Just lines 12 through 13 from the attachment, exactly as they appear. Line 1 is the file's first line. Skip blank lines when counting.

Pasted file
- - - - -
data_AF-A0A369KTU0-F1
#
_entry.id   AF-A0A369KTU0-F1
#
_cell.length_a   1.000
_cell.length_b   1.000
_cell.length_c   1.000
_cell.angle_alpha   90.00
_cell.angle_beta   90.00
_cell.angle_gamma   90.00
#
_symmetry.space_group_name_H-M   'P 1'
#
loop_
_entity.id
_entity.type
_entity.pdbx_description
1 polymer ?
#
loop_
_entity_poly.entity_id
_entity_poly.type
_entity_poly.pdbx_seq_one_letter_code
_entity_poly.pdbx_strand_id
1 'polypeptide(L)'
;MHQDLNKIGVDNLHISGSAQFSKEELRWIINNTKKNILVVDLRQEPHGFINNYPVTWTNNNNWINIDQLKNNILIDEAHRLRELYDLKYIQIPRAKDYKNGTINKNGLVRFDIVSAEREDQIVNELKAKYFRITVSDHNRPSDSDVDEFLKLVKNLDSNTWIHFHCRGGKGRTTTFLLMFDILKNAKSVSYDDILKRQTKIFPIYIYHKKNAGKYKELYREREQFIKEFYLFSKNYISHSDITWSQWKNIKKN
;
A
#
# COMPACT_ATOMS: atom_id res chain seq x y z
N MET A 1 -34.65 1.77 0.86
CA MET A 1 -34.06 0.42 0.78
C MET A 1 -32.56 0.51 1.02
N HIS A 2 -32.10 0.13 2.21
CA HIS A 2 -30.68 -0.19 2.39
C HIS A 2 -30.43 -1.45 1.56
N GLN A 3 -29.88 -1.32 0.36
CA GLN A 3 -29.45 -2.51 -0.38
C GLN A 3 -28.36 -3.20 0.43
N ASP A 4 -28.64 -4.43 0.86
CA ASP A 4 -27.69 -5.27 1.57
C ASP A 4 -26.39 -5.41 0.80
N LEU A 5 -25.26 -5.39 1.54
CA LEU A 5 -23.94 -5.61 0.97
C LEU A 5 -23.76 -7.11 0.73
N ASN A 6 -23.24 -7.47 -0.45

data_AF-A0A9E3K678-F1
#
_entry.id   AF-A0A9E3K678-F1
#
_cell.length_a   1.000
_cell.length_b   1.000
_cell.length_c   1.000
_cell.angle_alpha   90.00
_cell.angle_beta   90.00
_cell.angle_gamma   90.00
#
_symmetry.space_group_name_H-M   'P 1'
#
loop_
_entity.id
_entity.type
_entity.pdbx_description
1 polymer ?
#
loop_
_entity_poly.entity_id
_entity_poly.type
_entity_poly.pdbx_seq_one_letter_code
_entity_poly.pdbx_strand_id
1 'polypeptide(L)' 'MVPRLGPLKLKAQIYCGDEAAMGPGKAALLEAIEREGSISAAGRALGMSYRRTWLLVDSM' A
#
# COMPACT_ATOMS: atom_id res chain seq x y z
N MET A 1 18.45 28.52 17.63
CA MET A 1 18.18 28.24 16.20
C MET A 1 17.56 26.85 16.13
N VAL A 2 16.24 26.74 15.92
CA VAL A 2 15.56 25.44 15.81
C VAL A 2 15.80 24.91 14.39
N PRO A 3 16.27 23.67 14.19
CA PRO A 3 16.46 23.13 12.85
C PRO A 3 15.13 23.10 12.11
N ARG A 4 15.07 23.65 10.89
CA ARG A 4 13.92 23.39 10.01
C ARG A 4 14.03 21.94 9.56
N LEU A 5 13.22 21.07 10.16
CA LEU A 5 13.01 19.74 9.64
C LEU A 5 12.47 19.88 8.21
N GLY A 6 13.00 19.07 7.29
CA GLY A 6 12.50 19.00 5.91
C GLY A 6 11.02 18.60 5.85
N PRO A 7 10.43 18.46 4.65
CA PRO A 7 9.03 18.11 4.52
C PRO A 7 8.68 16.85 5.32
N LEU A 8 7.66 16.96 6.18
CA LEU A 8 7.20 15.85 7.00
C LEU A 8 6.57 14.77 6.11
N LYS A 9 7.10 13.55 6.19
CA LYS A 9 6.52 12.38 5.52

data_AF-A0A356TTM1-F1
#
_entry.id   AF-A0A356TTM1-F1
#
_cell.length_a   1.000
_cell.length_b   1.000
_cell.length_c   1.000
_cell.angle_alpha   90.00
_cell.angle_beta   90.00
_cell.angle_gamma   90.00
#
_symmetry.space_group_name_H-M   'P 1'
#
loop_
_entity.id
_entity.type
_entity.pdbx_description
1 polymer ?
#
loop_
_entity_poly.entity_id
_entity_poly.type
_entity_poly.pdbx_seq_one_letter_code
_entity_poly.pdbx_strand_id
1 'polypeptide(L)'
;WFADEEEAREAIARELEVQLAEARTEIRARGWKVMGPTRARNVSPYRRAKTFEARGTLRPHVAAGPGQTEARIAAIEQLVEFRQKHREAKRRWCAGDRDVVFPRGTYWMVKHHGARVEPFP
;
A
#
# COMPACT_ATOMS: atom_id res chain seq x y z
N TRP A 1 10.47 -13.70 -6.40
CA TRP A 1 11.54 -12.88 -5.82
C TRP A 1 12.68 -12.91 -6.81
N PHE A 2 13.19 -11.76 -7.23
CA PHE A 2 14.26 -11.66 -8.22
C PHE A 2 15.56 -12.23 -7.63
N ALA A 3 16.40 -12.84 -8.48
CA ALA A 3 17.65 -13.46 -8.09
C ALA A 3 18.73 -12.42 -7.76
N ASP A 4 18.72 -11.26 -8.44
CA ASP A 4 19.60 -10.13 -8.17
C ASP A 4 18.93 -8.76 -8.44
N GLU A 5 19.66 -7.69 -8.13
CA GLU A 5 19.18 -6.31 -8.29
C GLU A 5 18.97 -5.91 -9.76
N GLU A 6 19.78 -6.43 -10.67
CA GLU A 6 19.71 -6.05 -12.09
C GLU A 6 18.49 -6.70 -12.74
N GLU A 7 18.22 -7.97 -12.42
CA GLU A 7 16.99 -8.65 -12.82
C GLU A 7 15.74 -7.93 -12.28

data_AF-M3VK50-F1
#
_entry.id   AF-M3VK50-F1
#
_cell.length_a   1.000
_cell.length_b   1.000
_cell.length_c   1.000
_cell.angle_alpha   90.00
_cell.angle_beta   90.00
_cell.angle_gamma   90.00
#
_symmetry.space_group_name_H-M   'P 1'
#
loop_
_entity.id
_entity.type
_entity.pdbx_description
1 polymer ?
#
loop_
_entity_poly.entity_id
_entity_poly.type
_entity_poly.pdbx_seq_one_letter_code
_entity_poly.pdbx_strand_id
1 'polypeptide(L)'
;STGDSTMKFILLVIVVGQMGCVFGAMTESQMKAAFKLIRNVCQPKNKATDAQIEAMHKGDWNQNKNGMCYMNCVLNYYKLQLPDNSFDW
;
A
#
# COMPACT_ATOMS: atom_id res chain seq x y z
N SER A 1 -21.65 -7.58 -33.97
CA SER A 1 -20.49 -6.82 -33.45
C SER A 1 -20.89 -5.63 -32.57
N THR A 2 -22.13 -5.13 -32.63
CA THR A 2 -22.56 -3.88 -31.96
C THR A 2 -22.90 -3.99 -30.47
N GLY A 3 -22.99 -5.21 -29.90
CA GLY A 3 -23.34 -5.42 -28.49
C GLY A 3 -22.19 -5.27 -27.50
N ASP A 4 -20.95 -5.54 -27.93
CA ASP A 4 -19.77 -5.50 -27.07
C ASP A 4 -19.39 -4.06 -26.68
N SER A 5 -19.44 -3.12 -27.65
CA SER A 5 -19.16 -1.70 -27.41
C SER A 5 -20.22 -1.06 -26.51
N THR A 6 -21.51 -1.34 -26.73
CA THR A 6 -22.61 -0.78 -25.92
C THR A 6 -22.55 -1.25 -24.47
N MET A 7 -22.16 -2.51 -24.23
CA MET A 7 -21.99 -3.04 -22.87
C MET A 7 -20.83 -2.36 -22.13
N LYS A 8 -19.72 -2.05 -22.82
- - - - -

_symmetry.space_group_name_H-M   'P 1'
#